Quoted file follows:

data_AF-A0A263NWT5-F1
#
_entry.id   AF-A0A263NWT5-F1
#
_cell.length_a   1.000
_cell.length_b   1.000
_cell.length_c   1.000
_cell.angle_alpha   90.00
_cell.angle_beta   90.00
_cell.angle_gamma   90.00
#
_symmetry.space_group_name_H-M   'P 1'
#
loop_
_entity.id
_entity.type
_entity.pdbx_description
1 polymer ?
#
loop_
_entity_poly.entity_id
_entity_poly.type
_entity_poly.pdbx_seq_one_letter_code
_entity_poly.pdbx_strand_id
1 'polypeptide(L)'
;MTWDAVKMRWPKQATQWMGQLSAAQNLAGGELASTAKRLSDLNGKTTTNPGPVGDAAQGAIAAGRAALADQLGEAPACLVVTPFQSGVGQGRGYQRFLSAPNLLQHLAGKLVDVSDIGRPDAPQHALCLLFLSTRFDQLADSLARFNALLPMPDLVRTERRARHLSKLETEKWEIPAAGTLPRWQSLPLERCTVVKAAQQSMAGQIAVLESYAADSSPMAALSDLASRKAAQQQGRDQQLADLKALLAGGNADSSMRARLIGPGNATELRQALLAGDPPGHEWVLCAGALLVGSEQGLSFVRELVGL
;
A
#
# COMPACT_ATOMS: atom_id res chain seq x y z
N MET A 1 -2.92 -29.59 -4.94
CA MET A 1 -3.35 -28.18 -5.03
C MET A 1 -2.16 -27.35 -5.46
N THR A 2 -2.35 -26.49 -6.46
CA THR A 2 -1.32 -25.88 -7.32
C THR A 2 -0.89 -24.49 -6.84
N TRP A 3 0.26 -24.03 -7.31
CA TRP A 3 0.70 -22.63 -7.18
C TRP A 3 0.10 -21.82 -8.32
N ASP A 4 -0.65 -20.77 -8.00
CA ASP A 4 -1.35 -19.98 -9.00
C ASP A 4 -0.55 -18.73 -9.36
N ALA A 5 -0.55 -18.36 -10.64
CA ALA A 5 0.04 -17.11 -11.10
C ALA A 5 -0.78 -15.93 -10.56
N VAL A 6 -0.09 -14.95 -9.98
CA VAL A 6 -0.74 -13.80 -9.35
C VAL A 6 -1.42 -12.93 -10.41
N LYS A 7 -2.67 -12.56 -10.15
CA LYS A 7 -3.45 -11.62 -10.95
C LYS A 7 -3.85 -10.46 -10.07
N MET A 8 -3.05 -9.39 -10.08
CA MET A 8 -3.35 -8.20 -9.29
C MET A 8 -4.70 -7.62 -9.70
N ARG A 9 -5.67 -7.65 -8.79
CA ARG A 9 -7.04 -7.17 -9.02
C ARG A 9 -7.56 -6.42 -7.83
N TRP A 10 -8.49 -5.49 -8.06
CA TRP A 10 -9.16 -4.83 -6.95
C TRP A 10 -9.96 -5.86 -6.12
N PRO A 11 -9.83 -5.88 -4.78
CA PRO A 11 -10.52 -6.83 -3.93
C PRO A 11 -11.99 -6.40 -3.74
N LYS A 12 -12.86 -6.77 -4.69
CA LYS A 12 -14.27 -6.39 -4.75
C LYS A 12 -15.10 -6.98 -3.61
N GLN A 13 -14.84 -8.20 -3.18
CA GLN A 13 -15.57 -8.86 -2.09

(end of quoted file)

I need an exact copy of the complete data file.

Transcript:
data_AF-A0A263NWT5-F1
#
_entry.id   AF-A0A263NWT5-F1
#
_cell.length_a   1.000
_cell.length_b   1.000
_cell.length_c   1.000
_cell.angle_alpha   90.00
_cell.angle_beta   90.00
_cell.angle_gamma   90.00
#
_symmetry.space_group_name_H-M   'P 1'
#
loop_
_entity.id
_entity.type
_entity.pdbx_description
1 polymer ?
#
loop_
_entity_poly.entity_id
_entity_poly.type
_entity_poly.pdbx_seq_one_letter_code
_entity_poly.pdbx_strand_id
1 'polypeptide(L)'
;MTWDAVKMRWPKQATQWMGQLSAAQNLAGGELASTAKRLSDLNGKTTTNPGPVGDAAQGAIAAGRAALADQLGEAPACLVVTPFQSGVGQGRGYQRFLSAPNLLQHLAGKLVDVSDIGRPDAPQHALCLLFLSTRFDQLADSLARFNALLPMPDLVRTERRARHLSKLETEKWEIPAAGTLPRWQSLPLERCTVVKAAQQSMAGQIAVLESYAADSSPMAALSDLASRKAAQQQGRDQQLADLKALLAGGNADSSMRARLIGPGNATELRQALLAGDPPGHEWVLCAGALLVGSEQGLSFVRELVGL
;
A
#
# COMPACT_ATOMS: atom_id res chain seq x y z
N MET A 1 -2.92 -29.59 -4.94
CA MET A 1 -3.35 -28.18 -5.03
C MET A 1 -2.16 -27.35 -5.46
N THR A 2 -2.35 -26.49 -6.46
CA THR A 2 -1.32 -25.88 -7.32
C THR A 2 -0.89 -24.49 -6.84
N TRP A 3 0.26 -24.03 -7.31
CA TRP A 3 0.70 -22.63 -7.18
C TRP A 3 0.10 -21.82 -8.32
N ASP A 4 -0.65 -20.77 -8.00
CA ASP A 4 -1.35 -19.98 -9.00
C ASP A 4 -0.55 -18.73 -9.36
N ALA A 5 -0.55 -18.36 -10.64
CA ALA A 5 0.04 -17.11 -11.10
C ALA A 5 -0.78 -15.93 -10.56
N VAL A 6 -0.09 -14.95 -9.98
CA VAL A 6 -0.74 -13.80 -9.35
C VAL A 6 -1.42 -12.93 -10.41
N LYS A 7 -2.67 -12.56 -10.15
CA LYS A 7 -3.45 -11.62 -10.95
C LYS A 7 -3.85 -10.46 -10.07
N MET A 8 -3.05 -9.39 -10.08
CA MET A 8 -3.35 -8.20 -9.29
C MET A 8 -4.70 -7.62 -9.70
N ARG A 9 -5.67 -7.65 -8.79
CA ARG A 9 -7.04 -7.17 -9.02
C ARG A 9 -7.56 -6.42 -7.83
N TRP A 10 -8.49 -5.49 -8.06
CA TRP A 10 -9.16 -4.83 -6.95
C TRP A 10 -9.96 -5.86 -6.12
N PRO A 11 -9.83 -5.88 -4.78
CA PRO A 11 -10.52 -6.83 -3.93
C PRO A 11 -11.99 -6.40 -3.74
N LYS A 12 -12.86 -6.77 -4.69
CA LYS A 12 -14.27 -6.39 -4.75
C LYS A 12 -15.10 -6.98 -3.61
N GLN A 13 -14.84 -8.20 -3.18
CA GLN A 13 -15.57 -8.86 -2.09